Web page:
Popes and Patriarchs: An Orthodox Perspective on Roman Catholic Claims

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Conciliar Press, 2006 - Religion - 177 pages
For any dialogue between the Orthodox and Roman Catholic churches to be fruitful, we must first understand our differences. Popes and Patriarchs covers some of the distinctives in theology and worldview that separate the churches of the East from those of the West, focusing primarily on the claims of papal supremacy. Author Michael Whelton, a convert from Catholicism to Orthodoxy, discusses some of the theological and historical issues that led him to explore the teachings of the Orthodox Church, including the doctrine of original sin, the influence of Medieval scholastic thought on the Western Church, and the modern trend toward evolutionary Christianity. Part II examines in depth the true attitude of the early Eastern saints of the Church toward the papacy, an attitude radically different from that frequently attributed to them by Roman Catholic apologists.A final chapter is devoted to typical questions Roman Catholics raise about the Orthodox Church, including a comprehensive discussion of divorce and remarriage.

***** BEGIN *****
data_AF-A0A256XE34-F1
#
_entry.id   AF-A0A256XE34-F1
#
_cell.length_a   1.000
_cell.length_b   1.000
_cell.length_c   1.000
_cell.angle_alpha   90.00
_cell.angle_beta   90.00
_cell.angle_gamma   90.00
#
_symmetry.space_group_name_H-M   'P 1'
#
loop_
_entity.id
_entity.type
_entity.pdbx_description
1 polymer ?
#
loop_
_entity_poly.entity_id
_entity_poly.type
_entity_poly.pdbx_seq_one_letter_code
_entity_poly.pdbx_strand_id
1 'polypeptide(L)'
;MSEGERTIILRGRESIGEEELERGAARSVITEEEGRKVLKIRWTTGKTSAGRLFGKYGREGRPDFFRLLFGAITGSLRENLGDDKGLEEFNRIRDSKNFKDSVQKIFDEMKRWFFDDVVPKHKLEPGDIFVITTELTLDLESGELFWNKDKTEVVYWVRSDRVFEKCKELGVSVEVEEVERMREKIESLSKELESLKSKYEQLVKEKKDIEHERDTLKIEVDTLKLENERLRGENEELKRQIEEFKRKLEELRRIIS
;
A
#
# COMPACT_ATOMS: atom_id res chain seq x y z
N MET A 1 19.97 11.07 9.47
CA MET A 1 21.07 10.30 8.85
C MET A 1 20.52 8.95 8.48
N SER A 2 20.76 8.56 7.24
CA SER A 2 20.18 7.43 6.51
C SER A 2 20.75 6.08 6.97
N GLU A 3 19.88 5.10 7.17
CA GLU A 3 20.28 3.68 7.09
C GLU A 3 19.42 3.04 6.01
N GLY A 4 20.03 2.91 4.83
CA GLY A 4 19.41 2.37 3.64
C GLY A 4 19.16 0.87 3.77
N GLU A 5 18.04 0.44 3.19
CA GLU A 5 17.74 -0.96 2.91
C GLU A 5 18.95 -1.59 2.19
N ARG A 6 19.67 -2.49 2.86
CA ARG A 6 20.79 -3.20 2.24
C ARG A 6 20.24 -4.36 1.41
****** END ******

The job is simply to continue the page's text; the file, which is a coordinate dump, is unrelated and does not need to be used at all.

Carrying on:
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I recently finished reading this book as a step in my process of deciding whether I should convert to Roman Catholicism. Whelton provides good arguments and uses a great variety of sources in substantiating his claims. I think he makes a good case against the Roman papacy, but I was left wishing the book was a little more exhaustive. That being said, it is a good overview. 

Contents

Introduction
7
Chapter III
37
Chapter V
59
Copyright

5 other sections not shown

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About the author (2006)

Michael Whelton is a British-born Orthodox writer residing on a fifteen-acre hobby farm in the lush farm country of southwest British Columbia. He is the author of Two Paths: Papal Monarchy-Collegial Tradition, The Pearl: A Handbook for Orthodox Converts, and False Gods: Counterfeit Spirituality in an Age of Anxiety.

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